Thinking of You (But Not Like In a Weird Creepy Way) | Review
Thinking of You (But Not Like In a Weird Creepy Way)
by Beth Evans
Andrews McMeel, $16.99
Older Teens and Adults
Thank goodness we still get book collections of webcomics, or I’d never have stumbled across this heart-warming and reassuring collection.
Some might quibble with the term comics as applied to this style, but simplicity can be deceptive. Each panel is a page, and each features the most minimal lump creatures (as seen on the cover). The insight is impressive, however. A simple illustration accompanied by a statement of reassurance evokes more than either piece alone would.
The iconography is also elegant. For example, a scribble stands in for a tangle of feelings. It’s obvious, and yet perfect. The reader has space to put their own anxieties into the scribble, and the author’s message makes it through without needing detail. There’s also a recurring picture of the lump with a crown labeled with an affirmation.
Publicity mentions Evans’ goal “to make her readers feel seen, uplifted, and not so alone in the world,” and uses words like “validating” and “encouragement”. Such material risks becoming sappy or so universal as to be meaningless, but Evans, based on my experience, actually succeeds. She has a real skill in boiling down complicated emotions to those single-panel pages. She also takes the obvious beyond, as when a ghost labeled “embarrassing thing I did years ago” is answered with “please, I’m so much more cringey now.” I’ve seen plenty of everyday life strips that would have stopped with drawing the ghost, instead of recontextualizing it.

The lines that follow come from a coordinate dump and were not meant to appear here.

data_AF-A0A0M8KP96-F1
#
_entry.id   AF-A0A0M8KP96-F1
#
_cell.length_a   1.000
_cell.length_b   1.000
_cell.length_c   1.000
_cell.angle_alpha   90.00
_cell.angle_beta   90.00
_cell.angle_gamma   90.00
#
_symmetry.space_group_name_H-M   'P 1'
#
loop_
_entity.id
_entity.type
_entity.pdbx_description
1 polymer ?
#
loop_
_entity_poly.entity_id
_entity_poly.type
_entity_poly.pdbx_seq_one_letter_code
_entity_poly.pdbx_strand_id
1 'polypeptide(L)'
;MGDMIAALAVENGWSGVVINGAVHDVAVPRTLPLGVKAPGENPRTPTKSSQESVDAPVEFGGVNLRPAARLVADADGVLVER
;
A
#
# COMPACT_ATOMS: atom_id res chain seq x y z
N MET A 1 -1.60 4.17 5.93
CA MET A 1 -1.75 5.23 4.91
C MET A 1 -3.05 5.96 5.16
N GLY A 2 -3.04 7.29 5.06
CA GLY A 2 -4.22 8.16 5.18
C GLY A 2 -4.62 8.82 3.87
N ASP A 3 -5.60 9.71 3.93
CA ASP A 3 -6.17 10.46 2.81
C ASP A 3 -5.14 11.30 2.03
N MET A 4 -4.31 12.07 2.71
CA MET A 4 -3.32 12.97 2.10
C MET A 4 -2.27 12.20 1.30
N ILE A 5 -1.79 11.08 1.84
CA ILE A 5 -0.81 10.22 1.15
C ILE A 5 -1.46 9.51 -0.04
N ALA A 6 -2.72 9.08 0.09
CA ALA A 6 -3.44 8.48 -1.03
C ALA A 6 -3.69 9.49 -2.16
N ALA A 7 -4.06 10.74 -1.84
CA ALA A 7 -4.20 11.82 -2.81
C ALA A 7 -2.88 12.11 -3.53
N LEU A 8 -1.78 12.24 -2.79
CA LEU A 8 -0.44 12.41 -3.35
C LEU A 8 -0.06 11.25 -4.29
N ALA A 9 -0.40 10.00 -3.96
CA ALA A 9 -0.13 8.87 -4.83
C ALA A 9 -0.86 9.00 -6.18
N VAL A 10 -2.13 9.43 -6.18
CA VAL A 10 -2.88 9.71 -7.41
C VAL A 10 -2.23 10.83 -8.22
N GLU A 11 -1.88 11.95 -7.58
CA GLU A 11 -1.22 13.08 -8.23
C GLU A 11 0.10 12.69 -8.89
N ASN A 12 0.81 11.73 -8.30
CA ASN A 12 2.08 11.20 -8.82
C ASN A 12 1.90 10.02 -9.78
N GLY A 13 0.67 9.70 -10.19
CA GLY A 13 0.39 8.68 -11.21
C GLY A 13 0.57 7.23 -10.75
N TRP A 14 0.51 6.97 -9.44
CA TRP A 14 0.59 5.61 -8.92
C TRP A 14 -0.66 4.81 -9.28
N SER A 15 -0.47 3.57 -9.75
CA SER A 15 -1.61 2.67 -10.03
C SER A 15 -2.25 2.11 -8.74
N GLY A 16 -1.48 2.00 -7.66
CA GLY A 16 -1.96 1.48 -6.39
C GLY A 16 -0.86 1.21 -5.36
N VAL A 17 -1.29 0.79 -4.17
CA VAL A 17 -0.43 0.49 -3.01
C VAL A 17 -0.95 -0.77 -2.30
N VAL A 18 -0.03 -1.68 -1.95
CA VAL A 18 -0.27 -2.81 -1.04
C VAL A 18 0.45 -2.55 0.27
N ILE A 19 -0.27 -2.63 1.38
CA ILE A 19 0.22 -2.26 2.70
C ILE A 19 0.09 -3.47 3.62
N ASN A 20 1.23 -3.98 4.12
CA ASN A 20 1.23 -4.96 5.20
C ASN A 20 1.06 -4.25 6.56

This book is comforting. The lump might be a lump, but it feels anxiety or pressure the same way we do, and that makes us not so alone. It got me to finally answer that email I’d been putting off and take a stab at fixing an over-long to-do list. Another page simply thanks the reader for being themselves, which is basic but sometimes just what’s needed. There’s an underlying honesty that makes the affirmations more believable, as Evans demonstrates that things aren’t always going to be happy or as intended.
The book isn’t rated for a particular age range, and the publisher groups it under humor for adults, but I suspect older teens would also find a lot of comfort here (if they weren’t frightened off by realizing “adults” sometimes feel just as uncertain as they do).
Johanna Draper Carlson has been reviewing comics for over 20 years. She manages ComicsWorthReading.com, the longest-running independent review site online that covers all genres of comic books, graphic novels, and manga. She has an MA in popular culture, studying online fandom, and was previously, among many other things, webmaster for DC Comics. She lives in Madison, Wisconsin.
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